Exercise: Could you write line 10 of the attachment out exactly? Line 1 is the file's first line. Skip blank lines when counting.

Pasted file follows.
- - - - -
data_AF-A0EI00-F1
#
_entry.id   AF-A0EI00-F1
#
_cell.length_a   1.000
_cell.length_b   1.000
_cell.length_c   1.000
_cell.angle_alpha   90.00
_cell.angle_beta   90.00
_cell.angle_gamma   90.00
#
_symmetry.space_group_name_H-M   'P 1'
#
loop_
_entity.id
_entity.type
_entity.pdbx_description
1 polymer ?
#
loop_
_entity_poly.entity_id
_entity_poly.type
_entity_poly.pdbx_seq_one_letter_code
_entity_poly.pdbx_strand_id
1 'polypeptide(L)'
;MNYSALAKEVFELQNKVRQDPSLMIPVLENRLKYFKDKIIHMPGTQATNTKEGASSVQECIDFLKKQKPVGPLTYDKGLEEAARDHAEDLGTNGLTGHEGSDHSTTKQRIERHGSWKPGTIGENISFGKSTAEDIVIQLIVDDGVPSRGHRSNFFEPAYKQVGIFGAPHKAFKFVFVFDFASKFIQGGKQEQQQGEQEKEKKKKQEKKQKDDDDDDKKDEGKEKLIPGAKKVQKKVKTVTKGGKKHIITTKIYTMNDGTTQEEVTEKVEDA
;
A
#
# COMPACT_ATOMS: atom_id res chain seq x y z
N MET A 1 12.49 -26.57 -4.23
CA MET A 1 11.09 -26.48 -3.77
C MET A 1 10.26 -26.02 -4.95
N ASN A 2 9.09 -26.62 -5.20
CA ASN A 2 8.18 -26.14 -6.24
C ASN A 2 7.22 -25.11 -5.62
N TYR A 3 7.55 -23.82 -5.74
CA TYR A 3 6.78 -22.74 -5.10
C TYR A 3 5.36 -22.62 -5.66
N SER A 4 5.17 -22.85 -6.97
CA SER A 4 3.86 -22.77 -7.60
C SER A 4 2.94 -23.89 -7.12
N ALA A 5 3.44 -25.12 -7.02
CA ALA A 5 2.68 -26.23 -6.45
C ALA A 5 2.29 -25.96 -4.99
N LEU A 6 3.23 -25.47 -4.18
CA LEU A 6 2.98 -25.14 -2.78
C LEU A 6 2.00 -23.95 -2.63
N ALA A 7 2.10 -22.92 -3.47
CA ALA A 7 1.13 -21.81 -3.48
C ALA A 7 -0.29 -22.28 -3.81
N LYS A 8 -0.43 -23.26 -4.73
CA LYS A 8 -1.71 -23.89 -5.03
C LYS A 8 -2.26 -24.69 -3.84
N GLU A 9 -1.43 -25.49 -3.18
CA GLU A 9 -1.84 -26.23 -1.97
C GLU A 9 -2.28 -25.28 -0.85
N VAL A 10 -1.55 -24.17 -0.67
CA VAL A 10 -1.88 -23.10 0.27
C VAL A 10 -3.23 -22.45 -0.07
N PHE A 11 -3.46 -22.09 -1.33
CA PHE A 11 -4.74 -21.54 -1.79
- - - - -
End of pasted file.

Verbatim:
_cell.angle_gamma   90.00